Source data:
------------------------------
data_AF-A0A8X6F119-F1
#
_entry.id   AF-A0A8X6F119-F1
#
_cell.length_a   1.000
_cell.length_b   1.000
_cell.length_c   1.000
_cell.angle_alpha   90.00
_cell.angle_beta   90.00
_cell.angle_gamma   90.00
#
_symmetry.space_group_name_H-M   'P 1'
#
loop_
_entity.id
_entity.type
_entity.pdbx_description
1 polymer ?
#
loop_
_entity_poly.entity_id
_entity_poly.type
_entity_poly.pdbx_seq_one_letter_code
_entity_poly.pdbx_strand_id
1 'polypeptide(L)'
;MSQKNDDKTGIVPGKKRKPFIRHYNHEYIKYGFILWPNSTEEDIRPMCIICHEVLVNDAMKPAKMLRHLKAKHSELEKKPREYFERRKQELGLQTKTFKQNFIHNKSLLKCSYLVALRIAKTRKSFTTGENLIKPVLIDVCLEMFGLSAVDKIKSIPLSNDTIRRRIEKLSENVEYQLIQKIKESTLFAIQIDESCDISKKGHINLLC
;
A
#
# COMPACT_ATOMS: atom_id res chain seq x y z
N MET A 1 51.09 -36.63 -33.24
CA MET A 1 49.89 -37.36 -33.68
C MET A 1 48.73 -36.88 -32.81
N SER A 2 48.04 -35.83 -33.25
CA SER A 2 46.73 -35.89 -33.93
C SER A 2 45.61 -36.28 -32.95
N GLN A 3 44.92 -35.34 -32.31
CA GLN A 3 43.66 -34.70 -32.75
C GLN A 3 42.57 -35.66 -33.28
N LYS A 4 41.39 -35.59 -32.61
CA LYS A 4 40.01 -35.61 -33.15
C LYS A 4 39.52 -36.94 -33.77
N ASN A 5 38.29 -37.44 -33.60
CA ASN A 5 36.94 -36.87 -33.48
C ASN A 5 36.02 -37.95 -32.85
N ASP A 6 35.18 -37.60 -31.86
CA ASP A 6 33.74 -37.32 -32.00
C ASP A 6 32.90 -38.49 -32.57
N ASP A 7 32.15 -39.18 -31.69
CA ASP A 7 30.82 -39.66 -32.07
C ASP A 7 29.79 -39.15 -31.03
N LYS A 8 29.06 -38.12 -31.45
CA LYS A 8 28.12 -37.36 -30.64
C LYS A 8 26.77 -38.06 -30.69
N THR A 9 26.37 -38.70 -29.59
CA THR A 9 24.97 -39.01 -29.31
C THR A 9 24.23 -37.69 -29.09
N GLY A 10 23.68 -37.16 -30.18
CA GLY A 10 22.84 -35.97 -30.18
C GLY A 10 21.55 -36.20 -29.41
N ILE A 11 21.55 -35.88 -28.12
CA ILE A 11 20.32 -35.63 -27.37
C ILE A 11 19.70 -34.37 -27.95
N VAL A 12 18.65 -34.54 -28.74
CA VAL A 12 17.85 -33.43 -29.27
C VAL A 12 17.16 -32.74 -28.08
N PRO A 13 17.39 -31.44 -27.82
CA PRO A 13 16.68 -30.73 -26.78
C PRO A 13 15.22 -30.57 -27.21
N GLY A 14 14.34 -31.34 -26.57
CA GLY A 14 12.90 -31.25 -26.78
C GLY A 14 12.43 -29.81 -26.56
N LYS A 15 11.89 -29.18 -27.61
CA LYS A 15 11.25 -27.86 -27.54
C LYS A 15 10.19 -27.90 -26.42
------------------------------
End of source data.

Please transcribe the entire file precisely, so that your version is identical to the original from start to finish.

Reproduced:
data_AF-A0A8X6F119-F1
#
_entry.id   AF-A0A8X6F119-F1
#
_cell.length_a   1.000
_cell.length_b   1.000
_cell.length_c   1.000
_cell.angle_alpha   90.00
_cell.angle_beta   90.00
_cell.angle_gamma   90.00
#
_symmetry.space_group_name_H-M   'P 1'
#
loop_
_entity.id
_entity.type
_entity.pdbx_description
1 polymer ?
#
loop_
_entity_poly.entity_id
_entity_poly.type
_entity_poly.pdbx_seq_one_letter_code
_entity_poly.pdbx_strand_id
1 'polypeptide(L)'
;MSQKNDDKTGIVPGKKRKPFIRHYNHEYIKYGFILWPNSTEEDIRPMCIICHEVLVNDAMKPAKMLRHLKAKHSELEKKPREYFERRKQELGLQTKTFKQNFIHNKSLLKCSYLVALRIAKTRKSFTTGENLIKPVLIDVCLEMFGLSAVDKIKSIPLSNDTIRRRIEKLSENVEYQLIQKIKESTLFAIQIDESCDISKKGHINLLC
;
A
#
# COMPACT_ATOMS: atom_id res chain seq x y z
N MET A 1 51.09 -36.63 -33.24
CA MET A 1 49.89 -37.36 -33.68
C MET A 1 48.73 -36.88 -32.81
N SER A 2 48.04 -35.83 -33.25
CA SER A 2 46.73 -35.89 -33.93
C SER A 2 45.61 -36.28 -32.95
N GLN A 3 44.92 -35.34 -32.31
CA GLN A 3 43.66 -34.70 -32.75
C GLN A 3 42.57 -35.66 -33.28
N LYS A 4 41.39 -35.59 -32.61
CA LYS A 4 40.01 -35.61 -33.15
C LYS A 4 39.52 -36.94 -33.77
N ASN A 5 38.29 -37.44 -33.60
CA ASN A 5 36.94 -36.87 -33.48
C ASN A 5 36.02 -37.95 -32.85
N ASP A 6 35.18 -37.60 -31.86
CA ASP A 6 33.74 -37.32 -32.00
C ASP A 6 32.90 -38.49 -32.57
N ASP A 7 32.15 -39.18 -31.69
CA ASP A 7 30.82 -39.66 -32.07
C ASP A 7 29.79 -39.15 -31.03
N LYS A 8 29.06 -38.12 -31.45
CA LYS A 8 28.12 -37.36 -30.64
C LYS A 8 26.77 -38.06 -30.69
N THR A 9 26.37 -38.70 -29.59
CA THR A 9 24.97 -39.01 -29.31
C THR A 9 24.23 -37.69 -29.09
N GLY A 10 23.68 -37.16 -30.18
CA GLY A 10 22.84 -35.97 -30.18
C GLY A 10 21.55 -36.20 -29.41
N ILE A 11 21.55 -35.88 -28.12
CA ILE A 11 20.32 -35.63 -27.37
C ILE A 11 19.70 -34.37 -27.95
N VAL A 12 18.65 -34.54 -28.74
CA VAL A 12 17.85 -33.43 -29.27
C VAL A 12 17.16 -32.74 -28.08
N PRO A 13 17.39 -31.44 -27.82
CA PRO A 13 16.68 -30.73 -26.78
C PRO A 13 15.22 -30.57 -27.21
N GLY A 14 14.34 -31.34 -26.57
CA GLY A 14 12.90 -31.25 -26.78
C GLY A 14 12.43 -29.81 -26.56
N LYS A 15 11.89 -29.18 -27.61
CA LYS A 15 11.25 -27.86 -27.54
C LYS A 15 10.19 -27.90 -26.42